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Encyclopedia > Achaeans

The Achaeans (in Greek Ἀχαιοί, Achaioi) is the collective name given to the Greek forces in Homer's Iliad (used 598 times). An alternative name, used interchangeably, is Danaans (Δαναοί, used 138 times) and Argives (Ἀργεῖοι, used 29 times). Argives is a political annotation drawn from the original capital of the Achaeans, Argos. Danaans is the name attributed to the tribe first dominating the Peloponnese and the area near Argos. Achaeans is the name of the tribe that, reinforced by the Aeolians, first dominated Greek territories, centering itself around its capital in Mycenae. The Homère Caetani bust at the Louvre, a 2nd century Roman copy of a 2nd century BC Greek original. ... The Iliad (Ancient Greek , Ilias) is, together with the Odyssey, one of the two principal ancient Greek epic poems. ... Argos (Greek: Άργος, Árgos, IPA argos) is a city in Greece in the Peloponnese near Nafplio, which was its historic harbor, named for Nauplius. ... The Peloponnese or Peloponnesus (Greek: Πελοπόννησος Peloponnesos; see also List of traditional Greek place names) is a large peninsula in southern Greece, forming the part of the country south of the Gulf of Corinth. ... The Aeolians were one of the Hellenic tribes. ... Mycenae (ancient Greek: , IPA, , in modern Greek: Μυκήνες, , U.S. English: ; see also List of traditional Greek place names), is an archaeological site in Greece, located about 90km south-west of Athens, in the north-eastern Peloponnese. ...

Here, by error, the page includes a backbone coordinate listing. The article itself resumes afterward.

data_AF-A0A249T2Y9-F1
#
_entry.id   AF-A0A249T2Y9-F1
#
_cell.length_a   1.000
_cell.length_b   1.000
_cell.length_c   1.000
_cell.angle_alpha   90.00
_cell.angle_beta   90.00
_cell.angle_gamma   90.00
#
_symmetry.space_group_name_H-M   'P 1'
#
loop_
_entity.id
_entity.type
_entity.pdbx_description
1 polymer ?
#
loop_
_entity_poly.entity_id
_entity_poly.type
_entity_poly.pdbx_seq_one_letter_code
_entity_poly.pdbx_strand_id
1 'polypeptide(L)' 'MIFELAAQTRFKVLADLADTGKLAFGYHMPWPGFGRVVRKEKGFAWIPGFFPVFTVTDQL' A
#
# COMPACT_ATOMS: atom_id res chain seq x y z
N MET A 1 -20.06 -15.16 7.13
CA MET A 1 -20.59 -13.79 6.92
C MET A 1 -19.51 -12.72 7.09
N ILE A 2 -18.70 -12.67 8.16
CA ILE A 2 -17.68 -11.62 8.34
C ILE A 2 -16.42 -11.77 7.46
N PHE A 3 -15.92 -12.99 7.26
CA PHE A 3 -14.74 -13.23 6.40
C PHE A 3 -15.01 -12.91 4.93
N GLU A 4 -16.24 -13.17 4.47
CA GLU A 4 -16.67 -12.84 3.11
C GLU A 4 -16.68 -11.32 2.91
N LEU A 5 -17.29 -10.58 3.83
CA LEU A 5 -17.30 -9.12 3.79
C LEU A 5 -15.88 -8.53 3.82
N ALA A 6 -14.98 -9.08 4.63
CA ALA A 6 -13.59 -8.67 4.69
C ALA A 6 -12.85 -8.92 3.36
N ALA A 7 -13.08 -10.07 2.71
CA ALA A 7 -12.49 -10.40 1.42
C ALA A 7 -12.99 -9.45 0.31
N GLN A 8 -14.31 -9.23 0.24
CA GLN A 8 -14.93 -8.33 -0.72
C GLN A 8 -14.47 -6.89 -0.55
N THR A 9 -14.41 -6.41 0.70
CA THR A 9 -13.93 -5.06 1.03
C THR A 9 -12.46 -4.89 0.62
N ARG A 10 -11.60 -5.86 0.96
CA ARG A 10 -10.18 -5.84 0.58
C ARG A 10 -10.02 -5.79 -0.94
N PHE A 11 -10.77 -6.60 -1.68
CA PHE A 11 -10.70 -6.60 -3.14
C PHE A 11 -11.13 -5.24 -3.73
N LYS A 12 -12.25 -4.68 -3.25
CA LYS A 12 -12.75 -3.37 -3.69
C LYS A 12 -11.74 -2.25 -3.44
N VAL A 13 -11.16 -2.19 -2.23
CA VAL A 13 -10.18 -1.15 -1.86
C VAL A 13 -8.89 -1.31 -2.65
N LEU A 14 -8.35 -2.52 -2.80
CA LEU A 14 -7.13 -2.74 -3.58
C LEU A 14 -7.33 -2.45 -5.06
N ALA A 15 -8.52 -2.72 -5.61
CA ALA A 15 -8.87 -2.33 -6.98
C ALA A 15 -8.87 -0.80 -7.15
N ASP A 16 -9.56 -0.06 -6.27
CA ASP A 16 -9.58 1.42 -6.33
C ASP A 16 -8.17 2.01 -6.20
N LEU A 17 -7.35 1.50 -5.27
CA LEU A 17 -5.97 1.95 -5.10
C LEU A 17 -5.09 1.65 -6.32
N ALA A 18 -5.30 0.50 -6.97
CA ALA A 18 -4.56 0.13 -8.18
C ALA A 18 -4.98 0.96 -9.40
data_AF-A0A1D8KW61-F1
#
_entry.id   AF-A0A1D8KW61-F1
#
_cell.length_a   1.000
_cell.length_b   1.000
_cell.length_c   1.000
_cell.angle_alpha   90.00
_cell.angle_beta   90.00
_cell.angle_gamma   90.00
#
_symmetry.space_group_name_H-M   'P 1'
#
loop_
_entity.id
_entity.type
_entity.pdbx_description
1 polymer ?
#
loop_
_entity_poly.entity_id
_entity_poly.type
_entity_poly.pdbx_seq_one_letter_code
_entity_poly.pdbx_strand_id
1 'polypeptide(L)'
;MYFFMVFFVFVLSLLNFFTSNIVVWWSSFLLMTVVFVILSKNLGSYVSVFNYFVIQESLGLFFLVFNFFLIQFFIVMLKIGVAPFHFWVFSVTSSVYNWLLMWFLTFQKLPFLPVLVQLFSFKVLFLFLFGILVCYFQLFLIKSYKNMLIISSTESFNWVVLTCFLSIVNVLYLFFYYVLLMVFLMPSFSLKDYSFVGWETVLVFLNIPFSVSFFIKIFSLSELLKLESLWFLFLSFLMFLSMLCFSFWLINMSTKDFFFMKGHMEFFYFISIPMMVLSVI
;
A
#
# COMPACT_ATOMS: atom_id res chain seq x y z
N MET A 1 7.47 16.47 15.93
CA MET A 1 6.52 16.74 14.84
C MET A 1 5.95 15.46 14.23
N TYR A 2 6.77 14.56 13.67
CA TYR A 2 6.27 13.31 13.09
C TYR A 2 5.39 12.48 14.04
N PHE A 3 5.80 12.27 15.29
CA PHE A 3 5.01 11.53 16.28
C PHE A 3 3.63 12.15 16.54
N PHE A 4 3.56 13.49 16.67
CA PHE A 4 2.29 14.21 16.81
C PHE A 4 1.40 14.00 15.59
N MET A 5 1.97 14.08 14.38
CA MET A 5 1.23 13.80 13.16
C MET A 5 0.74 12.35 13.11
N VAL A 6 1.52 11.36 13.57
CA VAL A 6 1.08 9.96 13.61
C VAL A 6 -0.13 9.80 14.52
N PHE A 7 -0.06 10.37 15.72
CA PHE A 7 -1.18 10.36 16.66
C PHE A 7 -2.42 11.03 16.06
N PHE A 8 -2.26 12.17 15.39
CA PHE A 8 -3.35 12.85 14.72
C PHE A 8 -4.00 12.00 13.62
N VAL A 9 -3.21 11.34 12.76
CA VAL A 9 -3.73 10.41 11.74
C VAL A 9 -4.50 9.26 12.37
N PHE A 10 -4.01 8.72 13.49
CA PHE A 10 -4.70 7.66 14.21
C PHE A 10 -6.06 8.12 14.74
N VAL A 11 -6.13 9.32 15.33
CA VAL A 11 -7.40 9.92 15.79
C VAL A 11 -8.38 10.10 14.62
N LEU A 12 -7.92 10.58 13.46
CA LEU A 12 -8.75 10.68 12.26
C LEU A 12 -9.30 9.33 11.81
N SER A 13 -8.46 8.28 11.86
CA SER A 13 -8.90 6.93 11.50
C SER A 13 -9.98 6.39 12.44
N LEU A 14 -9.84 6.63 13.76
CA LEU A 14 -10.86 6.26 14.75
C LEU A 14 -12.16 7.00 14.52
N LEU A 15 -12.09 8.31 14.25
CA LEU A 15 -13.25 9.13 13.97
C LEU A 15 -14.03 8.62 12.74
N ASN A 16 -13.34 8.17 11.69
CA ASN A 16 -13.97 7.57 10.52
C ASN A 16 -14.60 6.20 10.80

More specifically, Achaea in Homer is the kingdom of Agamemnon, chief commander of the Greek forces, the northern part of the Peloponnese, roughly corresponding to the modern prefectures of Achaea, Corinthia and Argolis. The Homeric Achaeans would have been a part of the Mycenaean civilization that dominated Greece from ca. 1600 BC, with a history as a tribe that may have gone back to the prehistoric Hellenic immigration in the late 3rd millennium BC. The so-called Mask of Agamemnon. Discovered by Heinrich Schliemann in 1876 at Mycenae. ... The Peloponnese or Peloponnesus (Greek: Πελοπόννησος Peloponnesos; see also List of traditional Greek place names) is a large peninsula in southern Greece, forming the part of the country south of the Gulf of Corinth. ... Greece consists of 13 administrative regions known as Peripheries of Greece, which are further subdivided into 51 prefectures (nomoi, singular - nomos, Greek: νομοί, νομός)): See also List of the prefectures of Greece by area List of the prefectures of Greece by population density List of the prefectures of Greece by population External... Achaea (Greek: , Achaïa; see also List of traditional Greek place names) is an ancient province and a present prefecture of Greece, on the northern coast of the Peloponnese, stretching from the mountain ranges of Erymanthus and Cyllene on the south to a narrow strip of fertile land on the... Corinthia (Greek: Κορινθία, Korinthía) is the area around the city of Corinth. ... Argolis (Greek, Modern: Αργολίδα Argolida, Ancient/Katharevousa: Αργολίς -- still the official, formal name) is one of the fifty-one prefectures of Greece. ... This article is about the Greek archaeological site. ... (Redirected from 1600 BC) Centuries: 18th century BC - 17th century BC - 16th century BC Decades: 1650s BC 1640s BC 1630s BC 1620s BC 1610s BC - 1600s BC - 1590s BC 1580s BC 1570s BC 1560s BC 1550s BC Events and trends Egypt: End of Fourteenth Dynasty The creation of one of... Ancient Greece is the period in Greek history which lasted for around one thousand years and ended with the rise of Christianity. ... The 3rd millennium BC spans the Early to Middle Bronze Age. ...